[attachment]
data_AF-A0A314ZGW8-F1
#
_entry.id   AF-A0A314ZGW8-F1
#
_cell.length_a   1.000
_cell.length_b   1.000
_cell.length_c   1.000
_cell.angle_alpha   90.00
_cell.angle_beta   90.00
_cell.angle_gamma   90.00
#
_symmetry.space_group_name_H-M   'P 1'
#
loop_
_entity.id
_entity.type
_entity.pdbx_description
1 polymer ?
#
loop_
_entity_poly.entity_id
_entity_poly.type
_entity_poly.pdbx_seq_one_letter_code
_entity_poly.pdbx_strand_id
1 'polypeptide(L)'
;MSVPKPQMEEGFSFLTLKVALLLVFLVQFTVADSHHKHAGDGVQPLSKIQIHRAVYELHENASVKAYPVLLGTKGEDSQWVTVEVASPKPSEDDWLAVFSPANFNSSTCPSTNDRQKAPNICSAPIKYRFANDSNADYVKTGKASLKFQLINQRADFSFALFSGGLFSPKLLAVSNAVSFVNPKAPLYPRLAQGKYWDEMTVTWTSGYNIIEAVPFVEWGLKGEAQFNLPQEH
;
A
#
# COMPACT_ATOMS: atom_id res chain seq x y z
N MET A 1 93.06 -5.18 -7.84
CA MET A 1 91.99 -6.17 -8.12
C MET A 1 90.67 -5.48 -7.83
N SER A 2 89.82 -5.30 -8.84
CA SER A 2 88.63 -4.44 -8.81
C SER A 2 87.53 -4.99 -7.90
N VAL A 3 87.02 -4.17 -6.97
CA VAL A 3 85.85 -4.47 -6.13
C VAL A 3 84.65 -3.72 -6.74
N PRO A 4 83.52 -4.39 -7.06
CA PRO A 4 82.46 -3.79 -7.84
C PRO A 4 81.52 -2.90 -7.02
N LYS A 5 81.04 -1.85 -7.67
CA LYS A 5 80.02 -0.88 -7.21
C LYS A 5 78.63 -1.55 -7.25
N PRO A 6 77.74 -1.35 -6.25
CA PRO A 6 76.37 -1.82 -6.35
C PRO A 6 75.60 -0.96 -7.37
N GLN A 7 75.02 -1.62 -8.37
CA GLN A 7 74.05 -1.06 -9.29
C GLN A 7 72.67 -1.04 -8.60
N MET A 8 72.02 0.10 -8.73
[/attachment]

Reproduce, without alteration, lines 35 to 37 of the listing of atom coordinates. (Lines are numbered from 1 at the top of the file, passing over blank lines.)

CA SER A 2 88.63 -4.44 -8.81
C SER A 2 87.53 -4.99 -7.90
N VAL A 3 87.02 -4.17 -6.97